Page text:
Although much progress has been made in the preparation of cross-linked supramolecular gels based on host–guest interactions [33], the study of their properties was mainly focused on their self-healing, and stimuli-responsive supramolecular gels have been rarely reported [34]. Huang et al. prepared two noncovalently cross-linked polymer gels by mixing pendent dibenzo[24]crown-8 (DB24C8) with a poly(methyl methacrylate) (PMMA) polymer groups and two bisammonium cross-linkers with different end-group sizes under different conditions (Fig. 9) [35]. Because of the larger size of the cyclohexyl unit, it took longer time to achieve equilibrium. Viscometry gave direct evidence of the existence of polymer networks in these two gels. Both the specific viscosities and reduced viscosities of the two gels are larger than those of polymer. To further investigate the formation of supramolecular gels and supramolecular networks, we considered the extent of cross-linking and calculated that the mean numbers of elastically active cross-linkers per chain (f*) of gels were 3.49 and 1.01, respectively. From these data, it is inferred that 48.5% and 14.0% of DB24C8 units are complexed to form elastically active cross-linkers in gels, respectively. Moreover, the gels exhibit excellent self-healing properties, which not only can be seen visually and directly, but also were fully studied using rheological measurements, showing 100% recovery even under 10,000% strain in less than 10 s over several cycles.
Fig. 9

Self-healing supramolecular gels formed by crown ether-based host–guest interactions

Nowadays, on account of their high selectivity and sensitivity, much attention has been given to supramolecular cross-linked network-based fluorescent sensors, especially those whose polymeric backbones are fluorescent conjugated polymers [36, 37, 38]. Thus, the disassembly of the conjugated polymer network could be triggered by multiple stimuli. Huang et al. prepared a cross-linked polymer supramolecular network simply by mixing a bisammonium salt cross-linker and a poly(phenylene ethynylene) (PPE) polymer decorating pendent DB24C8 groups (Fig. 10) [2]. When the secondary ammonium salt moieties interact with DB24C8 units, the network will form, causing the aggregation of polymer main chains and leading to a sharp decrease of fluorescence emission intensity compared to that of the PPE polymer. After treatment with Cl or K+, collapse will happen to the network, and the recovery of the fluorescence intensity will occur. Moreover, the supramolecular network is also responsive to temperature and pH changes. Therefore, this system could be used as types of sensors: an anion sensor, a cation sensor, a temperature sensor, and a pH sensor. The system can be used in thin film and solution. Exposure of a film made from this network to ammonia leads to an increase of fluorescence intensity from the film, which makes it a good candidate for gas sensing.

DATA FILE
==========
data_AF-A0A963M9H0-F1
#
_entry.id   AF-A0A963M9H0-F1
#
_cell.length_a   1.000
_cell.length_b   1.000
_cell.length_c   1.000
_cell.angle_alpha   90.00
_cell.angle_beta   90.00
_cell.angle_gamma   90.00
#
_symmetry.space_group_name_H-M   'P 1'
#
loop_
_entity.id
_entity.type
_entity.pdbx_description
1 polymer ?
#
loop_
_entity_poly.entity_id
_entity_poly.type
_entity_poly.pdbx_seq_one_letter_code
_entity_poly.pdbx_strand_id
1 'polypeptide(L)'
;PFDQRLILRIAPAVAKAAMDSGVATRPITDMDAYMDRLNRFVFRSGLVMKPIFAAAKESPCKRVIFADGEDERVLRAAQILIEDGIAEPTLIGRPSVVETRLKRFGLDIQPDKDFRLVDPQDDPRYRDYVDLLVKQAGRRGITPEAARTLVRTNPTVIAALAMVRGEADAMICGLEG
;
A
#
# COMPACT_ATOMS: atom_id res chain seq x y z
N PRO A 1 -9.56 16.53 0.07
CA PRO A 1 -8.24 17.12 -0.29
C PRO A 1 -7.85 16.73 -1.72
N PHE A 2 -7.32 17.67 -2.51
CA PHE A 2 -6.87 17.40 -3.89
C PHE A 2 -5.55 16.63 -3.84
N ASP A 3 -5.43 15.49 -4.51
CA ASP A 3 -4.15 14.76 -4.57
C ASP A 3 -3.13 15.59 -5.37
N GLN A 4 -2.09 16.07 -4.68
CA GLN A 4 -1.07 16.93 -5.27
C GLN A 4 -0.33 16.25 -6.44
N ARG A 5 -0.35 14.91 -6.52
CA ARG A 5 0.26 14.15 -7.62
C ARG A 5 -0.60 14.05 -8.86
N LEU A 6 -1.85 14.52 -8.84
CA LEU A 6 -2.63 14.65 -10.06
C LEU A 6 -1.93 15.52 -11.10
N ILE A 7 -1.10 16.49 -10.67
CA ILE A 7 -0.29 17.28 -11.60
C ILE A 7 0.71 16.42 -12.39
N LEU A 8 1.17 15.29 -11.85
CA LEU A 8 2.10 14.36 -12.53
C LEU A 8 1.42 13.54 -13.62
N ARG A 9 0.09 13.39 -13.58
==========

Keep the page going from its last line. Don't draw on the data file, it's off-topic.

Fig. 10

Cartoon representation of the formation of the cross-linked polymer and its disassembly induced by different stimulate

Triptycenes are a class of compounds with a unique paddle wheel structure and have wide applications in material science, supramolecular chemistry, and other research fields [39]. A variety of triptycene-crown ether fused multicavity hosts have been developed by integrating various sized crown ether rings and the three-dimensional paddle wheel-like triptycene scaffold. Chen and coworkers reported the first triptycene-based tris(crown ether) host in 2005. Connecting triptycene units through crown ether rings resulted in multicavity macrocyclic hosts with three-dimensional central cavities. The interacting surfaces of the phenyl planes in triptycene enabled such hosts to recognize a range of diversified guest species by the formation of supramolecular assemblies which were further used in the construction of complex molecular machines.

Chen et al. reported a triptycene-derived powerful host for complexation with different guests bearing different topology macrotricyclic which contained two DB24C8 moieties. Interestingly, they found that the new macrocycle formed a 1:2 complex with 2 equiv. dibenzylammonium ions, which inspired them to further design and synthesize two dibenzylammonium ions and a self-complementary monomer. They synthesized the monomer and proved its self-assembly into supramolecular polymer networks, which was the first example of supramolecular polymer networks formed by the self-complementary low-molecular-weight monomer assembly, based on intermolecular host–guest interactions. To their delight, they found that the supramolecular networks showed gel properties in chloroform/acetonitrile or acetonitrile solution, and the supramolecular gels exhibited reversible pH- and thermo-induced sol–gel transitions (Fig. 11) [40].